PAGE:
“What if there was a place, where you could go, where there was no TV, and you could break bread and whoever you were sitting with was family?”
The latest episode of Mad Men focuses primarily on the often makeshift family that Peggy talks about here, and the various forms that concept may take – broken families, breaking families, improvised families, fictional families – and because of all the heavy shared history between the majority of the show’s players, these “families” are often the most important thing in their respective lives.
The SC&P portion of “The Strategy” revolves around Peggy’s very solid Burger Chef pitch. It has all the ingredients – it’s emotional and nostalgic and maternal – but it doesn’t take long for Don to get his fingers inside Peggy’s head and undermine her confidence (whether that’s an intentionally diabolical scheme, as Peggy assumes, is debatable) with a fresh angle to the commercial. Historically, one of Don’s trademark moves has involved pulling ad ideas from out of the blue while pitching to the client, and Peggy is no stranger to that method. As a result, she questions herself and rags on Don about his supposed manipulation throughout the episode until they end up pulling an all-nighter together. It’s a similar situation to “The Suitcase” from a previous season – one of the show’s strongest and most emotionally potent Don/Peggy episodes – and it ends with a tender slow-dance instead of Don passing out in Peggy’s lap.
We get this season’s first look at Bob Benson when he catches word that while SC&P is losing Chevy, Buick will soon follow with a personal job offer. Buick is a huge step for Bob, and he recognizes that in order to fully take advantage of that step, he needs to look and act the part – and that means a wife and kid. So, he proposes to Joan and borders on bribery when she refuses to entertain his request. “You shouldn’t be with a woman,” she tells him. Bob promises her everything he thinks any girl could want – a steady father for her child, a mansion in Detroit (swoon!), a reliable spouse – but Joan wants real love. She’s already made too many sacrifices in that arena for one lifetime, and she refuses to make this last one. “I want love,” she says. “I’d rather die hoping that happens than make some arrangement. And you should, too.”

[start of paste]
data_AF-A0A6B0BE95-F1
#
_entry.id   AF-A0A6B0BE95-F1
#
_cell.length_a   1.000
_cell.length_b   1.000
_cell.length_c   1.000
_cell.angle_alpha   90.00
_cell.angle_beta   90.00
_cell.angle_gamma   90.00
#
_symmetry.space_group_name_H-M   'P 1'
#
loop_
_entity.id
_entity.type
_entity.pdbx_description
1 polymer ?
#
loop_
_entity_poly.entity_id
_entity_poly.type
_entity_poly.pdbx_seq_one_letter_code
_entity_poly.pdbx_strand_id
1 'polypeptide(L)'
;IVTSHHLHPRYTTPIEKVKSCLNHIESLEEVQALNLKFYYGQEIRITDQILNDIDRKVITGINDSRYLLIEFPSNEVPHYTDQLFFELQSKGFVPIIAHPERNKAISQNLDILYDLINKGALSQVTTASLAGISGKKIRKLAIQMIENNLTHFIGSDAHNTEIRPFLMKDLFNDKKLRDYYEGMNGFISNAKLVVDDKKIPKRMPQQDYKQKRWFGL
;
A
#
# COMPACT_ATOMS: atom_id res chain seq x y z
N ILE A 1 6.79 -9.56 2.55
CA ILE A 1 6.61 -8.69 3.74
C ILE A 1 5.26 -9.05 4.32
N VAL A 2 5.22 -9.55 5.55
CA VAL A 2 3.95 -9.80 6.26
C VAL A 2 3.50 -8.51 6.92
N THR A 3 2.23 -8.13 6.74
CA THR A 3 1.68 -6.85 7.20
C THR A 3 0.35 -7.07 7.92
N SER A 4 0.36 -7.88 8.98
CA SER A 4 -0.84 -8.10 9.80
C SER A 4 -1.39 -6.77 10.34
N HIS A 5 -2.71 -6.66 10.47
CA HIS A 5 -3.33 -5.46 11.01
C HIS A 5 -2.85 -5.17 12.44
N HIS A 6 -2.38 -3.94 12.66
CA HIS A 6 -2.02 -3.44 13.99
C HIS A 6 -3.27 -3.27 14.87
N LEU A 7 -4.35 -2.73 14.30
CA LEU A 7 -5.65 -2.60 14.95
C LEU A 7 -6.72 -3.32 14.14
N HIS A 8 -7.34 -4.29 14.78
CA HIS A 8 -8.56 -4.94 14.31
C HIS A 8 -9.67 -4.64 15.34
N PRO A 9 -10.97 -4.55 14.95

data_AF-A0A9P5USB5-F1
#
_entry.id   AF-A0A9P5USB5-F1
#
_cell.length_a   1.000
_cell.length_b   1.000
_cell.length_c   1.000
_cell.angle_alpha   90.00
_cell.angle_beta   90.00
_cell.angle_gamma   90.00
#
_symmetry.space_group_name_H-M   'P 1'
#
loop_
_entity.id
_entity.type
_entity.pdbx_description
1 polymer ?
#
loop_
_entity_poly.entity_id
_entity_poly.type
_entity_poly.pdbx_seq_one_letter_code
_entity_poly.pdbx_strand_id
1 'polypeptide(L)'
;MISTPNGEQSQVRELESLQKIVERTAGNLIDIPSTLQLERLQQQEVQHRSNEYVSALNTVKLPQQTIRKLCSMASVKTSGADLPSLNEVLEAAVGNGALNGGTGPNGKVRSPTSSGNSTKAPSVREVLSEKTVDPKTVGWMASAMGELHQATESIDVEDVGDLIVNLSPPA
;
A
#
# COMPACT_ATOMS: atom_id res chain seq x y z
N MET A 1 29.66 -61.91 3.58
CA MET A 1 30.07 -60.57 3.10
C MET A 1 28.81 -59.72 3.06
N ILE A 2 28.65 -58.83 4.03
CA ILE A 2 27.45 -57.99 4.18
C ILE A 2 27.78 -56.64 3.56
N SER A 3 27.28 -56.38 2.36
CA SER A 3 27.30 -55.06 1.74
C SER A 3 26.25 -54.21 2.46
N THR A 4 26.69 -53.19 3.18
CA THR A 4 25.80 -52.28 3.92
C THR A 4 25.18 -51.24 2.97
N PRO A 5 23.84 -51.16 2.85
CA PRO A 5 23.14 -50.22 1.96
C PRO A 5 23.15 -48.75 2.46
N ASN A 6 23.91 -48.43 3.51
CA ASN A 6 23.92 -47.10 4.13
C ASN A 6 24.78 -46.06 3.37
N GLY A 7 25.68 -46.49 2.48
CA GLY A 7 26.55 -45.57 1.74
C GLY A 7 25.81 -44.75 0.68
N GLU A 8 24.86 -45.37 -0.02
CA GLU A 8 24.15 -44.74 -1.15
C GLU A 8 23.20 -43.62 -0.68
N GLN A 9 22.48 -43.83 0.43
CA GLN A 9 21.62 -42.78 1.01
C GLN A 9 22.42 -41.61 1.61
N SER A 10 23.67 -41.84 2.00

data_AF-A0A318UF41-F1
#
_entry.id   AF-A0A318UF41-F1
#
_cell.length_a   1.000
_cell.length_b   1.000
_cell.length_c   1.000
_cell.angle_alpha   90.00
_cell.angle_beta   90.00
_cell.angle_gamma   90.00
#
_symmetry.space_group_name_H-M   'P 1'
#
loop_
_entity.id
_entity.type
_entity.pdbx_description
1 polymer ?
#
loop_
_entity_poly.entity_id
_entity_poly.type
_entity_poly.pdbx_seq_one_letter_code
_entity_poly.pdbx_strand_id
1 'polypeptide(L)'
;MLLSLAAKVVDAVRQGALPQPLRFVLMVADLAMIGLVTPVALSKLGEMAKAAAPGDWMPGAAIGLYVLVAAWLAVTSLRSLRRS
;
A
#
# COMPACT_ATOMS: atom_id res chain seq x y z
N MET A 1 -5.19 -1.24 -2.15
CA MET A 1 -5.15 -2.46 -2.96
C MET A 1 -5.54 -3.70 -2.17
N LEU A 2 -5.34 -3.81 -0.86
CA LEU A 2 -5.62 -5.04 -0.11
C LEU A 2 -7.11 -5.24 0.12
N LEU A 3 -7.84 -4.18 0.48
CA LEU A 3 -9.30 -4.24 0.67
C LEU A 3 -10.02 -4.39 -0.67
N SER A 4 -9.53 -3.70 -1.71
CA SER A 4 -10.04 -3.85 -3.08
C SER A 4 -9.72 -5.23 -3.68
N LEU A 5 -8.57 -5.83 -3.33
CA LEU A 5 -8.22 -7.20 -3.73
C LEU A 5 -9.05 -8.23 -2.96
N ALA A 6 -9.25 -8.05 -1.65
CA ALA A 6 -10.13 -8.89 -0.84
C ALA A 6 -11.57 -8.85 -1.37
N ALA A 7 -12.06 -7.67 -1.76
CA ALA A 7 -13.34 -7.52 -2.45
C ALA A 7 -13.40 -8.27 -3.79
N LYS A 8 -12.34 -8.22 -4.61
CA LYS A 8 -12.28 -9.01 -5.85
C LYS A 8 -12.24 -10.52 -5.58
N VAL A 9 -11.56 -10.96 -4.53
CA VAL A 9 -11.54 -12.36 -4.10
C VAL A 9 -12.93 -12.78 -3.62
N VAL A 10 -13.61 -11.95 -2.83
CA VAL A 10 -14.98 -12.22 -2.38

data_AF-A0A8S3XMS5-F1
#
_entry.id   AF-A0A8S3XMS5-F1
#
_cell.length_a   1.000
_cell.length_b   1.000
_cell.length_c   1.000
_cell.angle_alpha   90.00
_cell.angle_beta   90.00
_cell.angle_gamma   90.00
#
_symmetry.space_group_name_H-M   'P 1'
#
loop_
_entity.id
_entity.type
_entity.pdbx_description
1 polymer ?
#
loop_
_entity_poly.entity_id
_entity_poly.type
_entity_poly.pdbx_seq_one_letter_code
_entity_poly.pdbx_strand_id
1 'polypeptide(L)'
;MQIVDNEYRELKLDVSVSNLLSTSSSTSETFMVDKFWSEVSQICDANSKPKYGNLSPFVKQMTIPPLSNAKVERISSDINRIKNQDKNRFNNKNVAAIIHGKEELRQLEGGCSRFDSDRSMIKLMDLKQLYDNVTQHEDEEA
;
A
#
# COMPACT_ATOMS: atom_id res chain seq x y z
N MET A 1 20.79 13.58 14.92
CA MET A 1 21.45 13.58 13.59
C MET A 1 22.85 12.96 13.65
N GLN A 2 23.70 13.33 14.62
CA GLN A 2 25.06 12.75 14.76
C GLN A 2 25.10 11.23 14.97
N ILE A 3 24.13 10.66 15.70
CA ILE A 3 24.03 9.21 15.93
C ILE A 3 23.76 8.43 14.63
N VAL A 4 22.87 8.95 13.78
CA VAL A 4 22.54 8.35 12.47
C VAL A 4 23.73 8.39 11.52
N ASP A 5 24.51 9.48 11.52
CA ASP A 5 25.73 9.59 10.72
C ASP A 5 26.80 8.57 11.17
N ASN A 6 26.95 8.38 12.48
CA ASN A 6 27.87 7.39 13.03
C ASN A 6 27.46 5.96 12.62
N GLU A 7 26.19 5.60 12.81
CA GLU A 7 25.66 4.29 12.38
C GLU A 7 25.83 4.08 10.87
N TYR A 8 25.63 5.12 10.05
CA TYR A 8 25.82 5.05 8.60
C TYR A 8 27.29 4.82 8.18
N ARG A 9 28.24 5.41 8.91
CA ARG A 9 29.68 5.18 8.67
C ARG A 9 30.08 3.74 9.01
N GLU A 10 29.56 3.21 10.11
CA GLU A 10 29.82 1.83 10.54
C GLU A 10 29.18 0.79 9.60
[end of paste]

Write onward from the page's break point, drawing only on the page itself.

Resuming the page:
Megan swings by NYC to see Don, and while the visit is almost eerily calm and pleasant, there are some significant cracks in the façade. An SC&P secretary confesses that she didn’t know Don was married, Megan collects her clothes from the closet to take back to California, and she seems almost disgruntled when Don mentions visiting her in the summertime. Don and Megan have both molded to their separate coasts, and being on one or the other only serves to emphasize the rift growing between them and their increasingly conflicting personalities.
“I don’t like you carrying on like this,” Pete tells Trudy when she returns to the house late at night. “It’s immoral – you have a child.” It’s an absurd complaint on so many levels and a clear reference to Roger and Marigold a few episodes back, seeing as Pete and Trudy now occupy largely the same situation as Mr. and Mrs. Sterling did back in the day. Even hearing the word “immoral” come from Pete’s mouth is pretty hilarious – because he’s a saint, right? Pete and Bonnie are on a short trip to New York, and like Don and Megan, they spend much of it coming to terms with the entirely disparate personae that Pete assumes when bouncing from coast to coast. “I don’t like you in New York,” Bonnie tells him. “Then you don’t like me,” Pete replies.
It’s great to see Don and Peggy not only back on their feet, but as close as they’ve ever been. Their relationship is one of the show’s primary pillars, and I’d be more than happy for them to remain in that pleasant space for the remainder of Mad Men.
There’s just one episode left of this season, and the promos for next week suggest some seriously crazy stuff depending on how you look at it – does Megan die in a plane crash? Go give those a look and leave your thoughts in the comments
Photo Credit: AMC